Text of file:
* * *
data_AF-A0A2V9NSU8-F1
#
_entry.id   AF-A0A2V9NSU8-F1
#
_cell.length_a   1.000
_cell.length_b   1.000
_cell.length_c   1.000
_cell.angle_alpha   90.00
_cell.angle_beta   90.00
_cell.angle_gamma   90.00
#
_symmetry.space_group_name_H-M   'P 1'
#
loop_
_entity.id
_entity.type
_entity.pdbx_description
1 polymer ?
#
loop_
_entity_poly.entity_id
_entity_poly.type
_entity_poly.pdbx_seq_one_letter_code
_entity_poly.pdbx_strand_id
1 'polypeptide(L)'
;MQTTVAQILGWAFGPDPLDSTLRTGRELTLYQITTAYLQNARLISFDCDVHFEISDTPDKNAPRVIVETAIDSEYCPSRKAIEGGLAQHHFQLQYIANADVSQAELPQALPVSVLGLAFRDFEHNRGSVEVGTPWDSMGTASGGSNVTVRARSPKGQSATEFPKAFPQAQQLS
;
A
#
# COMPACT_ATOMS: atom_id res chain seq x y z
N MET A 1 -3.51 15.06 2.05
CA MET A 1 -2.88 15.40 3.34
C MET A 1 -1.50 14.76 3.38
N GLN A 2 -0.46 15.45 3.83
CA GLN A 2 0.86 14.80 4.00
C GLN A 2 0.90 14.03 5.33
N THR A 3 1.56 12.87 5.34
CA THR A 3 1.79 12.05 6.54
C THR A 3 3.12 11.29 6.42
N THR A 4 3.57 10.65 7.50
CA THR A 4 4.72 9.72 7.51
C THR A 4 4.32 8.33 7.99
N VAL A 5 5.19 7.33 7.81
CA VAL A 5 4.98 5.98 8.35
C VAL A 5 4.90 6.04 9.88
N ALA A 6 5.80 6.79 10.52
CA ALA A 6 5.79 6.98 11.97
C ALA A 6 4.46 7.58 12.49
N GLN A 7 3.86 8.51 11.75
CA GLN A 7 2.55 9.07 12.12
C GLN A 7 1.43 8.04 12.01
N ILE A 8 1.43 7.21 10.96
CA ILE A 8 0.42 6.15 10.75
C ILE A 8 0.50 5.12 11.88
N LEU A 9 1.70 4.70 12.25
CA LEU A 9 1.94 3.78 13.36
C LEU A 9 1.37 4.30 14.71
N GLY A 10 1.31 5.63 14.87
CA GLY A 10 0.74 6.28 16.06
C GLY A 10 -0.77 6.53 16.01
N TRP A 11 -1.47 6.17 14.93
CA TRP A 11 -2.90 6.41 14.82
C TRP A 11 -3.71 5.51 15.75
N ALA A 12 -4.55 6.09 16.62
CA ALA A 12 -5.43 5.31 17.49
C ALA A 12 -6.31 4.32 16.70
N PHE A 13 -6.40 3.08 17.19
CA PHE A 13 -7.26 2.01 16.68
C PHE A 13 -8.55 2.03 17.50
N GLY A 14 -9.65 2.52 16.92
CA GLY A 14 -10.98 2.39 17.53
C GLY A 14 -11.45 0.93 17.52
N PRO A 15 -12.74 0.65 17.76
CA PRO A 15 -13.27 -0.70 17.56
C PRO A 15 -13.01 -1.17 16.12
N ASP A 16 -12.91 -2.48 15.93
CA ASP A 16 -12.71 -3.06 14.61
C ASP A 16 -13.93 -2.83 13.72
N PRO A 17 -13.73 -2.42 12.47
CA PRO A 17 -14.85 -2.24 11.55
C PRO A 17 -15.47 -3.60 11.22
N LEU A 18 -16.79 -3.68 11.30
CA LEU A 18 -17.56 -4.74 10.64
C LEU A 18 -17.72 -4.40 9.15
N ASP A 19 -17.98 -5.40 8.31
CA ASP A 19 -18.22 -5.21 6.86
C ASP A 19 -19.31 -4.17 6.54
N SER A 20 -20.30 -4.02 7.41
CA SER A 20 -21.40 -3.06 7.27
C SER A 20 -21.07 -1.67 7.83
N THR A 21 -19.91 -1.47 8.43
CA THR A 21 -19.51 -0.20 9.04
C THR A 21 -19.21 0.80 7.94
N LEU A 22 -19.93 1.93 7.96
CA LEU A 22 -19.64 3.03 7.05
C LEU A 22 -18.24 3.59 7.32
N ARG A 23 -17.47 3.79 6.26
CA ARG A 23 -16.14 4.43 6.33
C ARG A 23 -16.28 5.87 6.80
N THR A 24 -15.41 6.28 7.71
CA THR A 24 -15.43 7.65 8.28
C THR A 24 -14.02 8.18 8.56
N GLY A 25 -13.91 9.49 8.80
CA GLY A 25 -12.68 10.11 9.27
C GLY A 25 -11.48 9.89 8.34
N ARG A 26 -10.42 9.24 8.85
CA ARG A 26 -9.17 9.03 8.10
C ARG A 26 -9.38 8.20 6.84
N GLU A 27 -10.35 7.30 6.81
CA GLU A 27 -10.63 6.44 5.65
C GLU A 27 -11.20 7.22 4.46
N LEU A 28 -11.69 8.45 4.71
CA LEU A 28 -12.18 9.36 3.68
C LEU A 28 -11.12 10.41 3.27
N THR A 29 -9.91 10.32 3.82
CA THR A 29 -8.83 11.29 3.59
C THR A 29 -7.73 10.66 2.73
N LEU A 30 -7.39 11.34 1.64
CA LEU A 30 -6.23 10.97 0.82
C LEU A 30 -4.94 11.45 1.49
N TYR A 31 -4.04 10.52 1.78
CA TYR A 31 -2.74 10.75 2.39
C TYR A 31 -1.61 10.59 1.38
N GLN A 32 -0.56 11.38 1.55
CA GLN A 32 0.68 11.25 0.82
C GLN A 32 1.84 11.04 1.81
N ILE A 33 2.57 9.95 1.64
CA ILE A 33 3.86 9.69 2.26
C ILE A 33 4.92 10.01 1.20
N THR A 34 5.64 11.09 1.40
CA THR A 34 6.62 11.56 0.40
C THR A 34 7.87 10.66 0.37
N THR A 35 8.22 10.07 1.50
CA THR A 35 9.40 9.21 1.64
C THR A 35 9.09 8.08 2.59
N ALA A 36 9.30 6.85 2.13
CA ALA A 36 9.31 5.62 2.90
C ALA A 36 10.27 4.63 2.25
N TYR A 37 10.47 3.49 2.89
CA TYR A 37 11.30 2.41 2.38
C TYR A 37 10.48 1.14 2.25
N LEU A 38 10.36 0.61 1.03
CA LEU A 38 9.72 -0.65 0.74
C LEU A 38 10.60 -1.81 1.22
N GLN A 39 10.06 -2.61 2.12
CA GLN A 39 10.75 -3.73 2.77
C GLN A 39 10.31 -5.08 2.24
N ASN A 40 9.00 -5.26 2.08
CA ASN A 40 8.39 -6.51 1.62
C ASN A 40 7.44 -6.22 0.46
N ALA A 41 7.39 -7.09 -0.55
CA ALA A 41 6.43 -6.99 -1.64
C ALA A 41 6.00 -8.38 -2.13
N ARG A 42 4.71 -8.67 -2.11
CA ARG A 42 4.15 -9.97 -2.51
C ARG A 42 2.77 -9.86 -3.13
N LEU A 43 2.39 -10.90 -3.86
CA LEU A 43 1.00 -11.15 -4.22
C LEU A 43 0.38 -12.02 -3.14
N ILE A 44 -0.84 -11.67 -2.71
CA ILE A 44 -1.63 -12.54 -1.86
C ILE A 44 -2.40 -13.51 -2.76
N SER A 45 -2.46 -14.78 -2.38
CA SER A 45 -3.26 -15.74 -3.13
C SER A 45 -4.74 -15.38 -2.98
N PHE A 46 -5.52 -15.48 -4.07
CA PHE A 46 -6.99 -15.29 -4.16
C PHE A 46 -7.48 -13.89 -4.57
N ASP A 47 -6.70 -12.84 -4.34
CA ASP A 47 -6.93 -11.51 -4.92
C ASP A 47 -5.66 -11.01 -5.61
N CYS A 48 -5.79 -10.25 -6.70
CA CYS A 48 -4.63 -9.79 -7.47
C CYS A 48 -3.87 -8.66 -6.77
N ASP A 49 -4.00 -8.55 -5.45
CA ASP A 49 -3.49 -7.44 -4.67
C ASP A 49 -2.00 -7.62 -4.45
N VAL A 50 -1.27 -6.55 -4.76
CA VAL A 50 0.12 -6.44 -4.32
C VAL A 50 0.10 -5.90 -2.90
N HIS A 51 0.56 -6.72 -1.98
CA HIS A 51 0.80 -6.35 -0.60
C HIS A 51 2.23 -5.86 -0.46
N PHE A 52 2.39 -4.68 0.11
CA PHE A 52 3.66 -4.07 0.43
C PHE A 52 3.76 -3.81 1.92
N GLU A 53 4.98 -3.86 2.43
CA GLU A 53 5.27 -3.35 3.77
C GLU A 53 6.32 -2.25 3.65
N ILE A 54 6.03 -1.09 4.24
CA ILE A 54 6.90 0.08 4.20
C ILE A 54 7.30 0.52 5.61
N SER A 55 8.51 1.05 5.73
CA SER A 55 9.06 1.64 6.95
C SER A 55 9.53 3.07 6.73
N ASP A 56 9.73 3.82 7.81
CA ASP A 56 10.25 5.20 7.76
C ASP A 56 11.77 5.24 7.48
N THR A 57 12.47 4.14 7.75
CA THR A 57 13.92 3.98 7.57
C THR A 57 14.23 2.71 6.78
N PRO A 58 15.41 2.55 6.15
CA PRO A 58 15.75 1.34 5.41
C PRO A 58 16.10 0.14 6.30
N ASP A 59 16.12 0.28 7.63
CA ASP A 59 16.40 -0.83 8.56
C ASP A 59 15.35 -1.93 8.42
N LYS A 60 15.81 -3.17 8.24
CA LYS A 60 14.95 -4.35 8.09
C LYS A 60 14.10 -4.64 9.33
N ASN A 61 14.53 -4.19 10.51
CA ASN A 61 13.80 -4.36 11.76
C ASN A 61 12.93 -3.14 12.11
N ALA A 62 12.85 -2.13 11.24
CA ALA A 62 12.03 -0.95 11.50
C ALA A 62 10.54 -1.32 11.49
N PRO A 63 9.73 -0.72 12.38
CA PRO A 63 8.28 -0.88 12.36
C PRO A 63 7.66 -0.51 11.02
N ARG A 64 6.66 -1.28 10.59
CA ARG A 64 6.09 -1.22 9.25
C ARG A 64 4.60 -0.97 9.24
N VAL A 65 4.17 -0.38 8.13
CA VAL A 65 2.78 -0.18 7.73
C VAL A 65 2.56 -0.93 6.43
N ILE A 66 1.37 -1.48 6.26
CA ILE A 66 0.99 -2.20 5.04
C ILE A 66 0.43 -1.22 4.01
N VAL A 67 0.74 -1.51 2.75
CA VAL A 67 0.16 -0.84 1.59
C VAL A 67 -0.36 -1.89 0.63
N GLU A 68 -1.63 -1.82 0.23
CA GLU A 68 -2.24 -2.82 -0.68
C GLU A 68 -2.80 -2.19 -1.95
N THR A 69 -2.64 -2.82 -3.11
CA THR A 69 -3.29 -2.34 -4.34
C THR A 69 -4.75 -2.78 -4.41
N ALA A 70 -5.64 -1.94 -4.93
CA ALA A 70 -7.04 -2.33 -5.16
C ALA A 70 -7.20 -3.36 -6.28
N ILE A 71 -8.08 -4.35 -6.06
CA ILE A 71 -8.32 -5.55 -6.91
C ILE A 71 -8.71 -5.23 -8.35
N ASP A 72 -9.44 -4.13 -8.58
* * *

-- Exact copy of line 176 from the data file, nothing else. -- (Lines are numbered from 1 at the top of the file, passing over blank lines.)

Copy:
CA ASP A 49 -3.49 -7.44 -4.67